Eqbal met bin Laden in 1986 at the moment that the Saudi was an American ally, recruiting jihadists to fight against the Soviet Union in Afghanistan. Bin Laden turned against the United States in 1990, Eqbal pointed out to his audience, when the United States, in its buildup to attack Iraq, sent troops into Saudi Arabia, the home of the Kaaba in Mecca, where non-Muslims are not welcome. Just as bin Laden fought to get the Russians out of Afghanistan, by 1991 he wanted to get the Americans out of Arabia. In another venue, Eqbal described why bin Laden became an enemy of the United States:
[Bin Laden] was socialized by the CIA and trained by the Americans to believe deeply that when a foreigner comes into your land, you become violent. Bin Laden is merely carrying out the mission to which he committed with America earlier. Now he is carrying it out against America because now America, from his point of view, is occupying his land. That’s all. He grew up seeing Saudi Arabia being robbed by Western corporations and Western powers. He watched these Saudi princes, this one-family state, handing over the oil resources of the Arab people to the West. Up until 1991, he had only one satisfaction that his country was not occupied. There were no American or French or British troops in Saudi Arabia. Then even that small pleasure was taken away from him during the Gulf War and its aftermath.
Elsewhere Eqbal wrote that “for him [bin Laden], America has broken its word. The loyal friend has betrayed him. Now they’re going to go get you. They’re going to do a lot more. These are the chickens of the Afghanistan war coming home to roost.”
Eqbal described bin Laden as a tribal person who felt abandoned by the Americans after they had supported him and the jihadist movement in Afghanistan. Once the Russians withdrew, so did the Americans, losing interest in their once loyal allies. Working on the tribal principles of loyalty and revenge, bin Laden turned against the United States when it jettisoned the jihadists. Years before September 11, 2001, Eqbal explained the contradictions in the U.S. antiterrorist policies, educating as he spelled out how the new paradigm had developed and replaced the Cold War as the new integrating principle of U.S. foreign policy:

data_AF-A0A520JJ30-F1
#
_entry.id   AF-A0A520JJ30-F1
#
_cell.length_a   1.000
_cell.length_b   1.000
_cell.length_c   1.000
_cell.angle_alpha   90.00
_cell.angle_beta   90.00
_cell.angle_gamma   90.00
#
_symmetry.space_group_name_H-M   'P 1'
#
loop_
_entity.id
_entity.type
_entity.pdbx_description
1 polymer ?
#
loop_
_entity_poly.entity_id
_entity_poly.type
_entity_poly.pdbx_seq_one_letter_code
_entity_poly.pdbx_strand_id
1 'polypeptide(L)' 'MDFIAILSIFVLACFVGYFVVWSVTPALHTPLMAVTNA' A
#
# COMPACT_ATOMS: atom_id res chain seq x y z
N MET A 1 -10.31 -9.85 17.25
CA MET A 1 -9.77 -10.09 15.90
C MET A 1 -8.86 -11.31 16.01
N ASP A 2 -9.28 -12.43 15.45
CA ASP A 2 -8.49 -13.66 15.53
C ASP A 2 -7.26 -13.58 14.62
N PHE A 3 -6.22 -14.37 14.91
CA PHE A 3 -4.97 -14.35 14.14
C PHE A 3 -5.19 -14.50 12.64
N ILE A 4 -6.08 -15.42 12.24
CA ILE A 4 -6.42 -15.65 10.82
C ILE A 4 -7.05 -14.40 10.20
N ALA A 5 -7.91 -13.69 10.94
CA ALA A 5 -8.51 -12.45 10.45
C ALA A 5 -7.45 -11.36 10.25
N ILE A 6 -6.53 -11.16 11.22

American operatives went about the Muslim world recruiting for the jihad in Afghanistan. This whole phenomenon of jihad as an international armed struggle did not exist in the Muslim world since the tenth century. It was brought back into being, enlivened, and pan-Islamized by the American effort. The United States saw in the war in Afghanistan an opportunity to mobilize the Muslim world against communism. So the United States recruited mujahideen from all over the Muslim world. I saw planeloads of them arriving from Algeria, the Sudan, Saudi Arabia, Egypt, Jordan, and Palestine. These people were brought in, given an ideology, told that the armed struggle is a virtuous thing to do, and the whole notion of jihad as an international, pan-Islamic terrorist movement was born.
3. Participating in a delegation of peace activists to meet Iranian revolutionaries after they forced the shah to flee in early 1979, Eqbal used Persian, which he had perfected at Princeton University, to converse with the new leaders of the country and listen to their plans for the future. He hogged the conversation, and some members of the U.S. delegation were furious with him for doing so. But in the end he was the only one, based on what he heard, to predict that Iran would become a highly authoritarian state, with a centralized religious command backed by machinegun-equipped revolutionary guards and a more pliant governmental structure without significant power.
4. Eqbal devoted a great deal of energy to defending Palestinian rights and included references to their plight in much of his writing and public lectures. His family in India and Pakistan had sensitized him at an early age to the suffering of others. His older brother Zafar, who raised him, became a Buddhist and stopped eating meat at home in reaction to the ethnic cleansing of Jews and Gypsies in Europe starting in 1938. The Palestinians appreciated Eqbal’s solidarity and invited him often to address their audiences. Because of his outspoken defense of the Palestinian cause, no major U.S. university would hire him for a permanent job. He traveled to the Middle East to meet with Palestinian leaders on many occasions. In a memorandum he wrote for Palestinian leaders Yasser Arafat (1929–2004) and Abu Jihad (also known as Khalil al-Wazir, 1935–1988) in 1980 while visiting Beirut with Edward W. Said (1935–2003), Eqbal “sadly forecast the quick defeat of PLO [Palestine Liberation Organization] forces in South Lebanon” by the Israeli armed forces. Eqbal told the two PLO leaders that their people could never defeat Israel militarily and advocated the organization of massive campaigns of civil disobedience and large-scale nonviolent actions to shake Israel’s legitimacy and fundamentally challenge its occupation of Palestinian territories.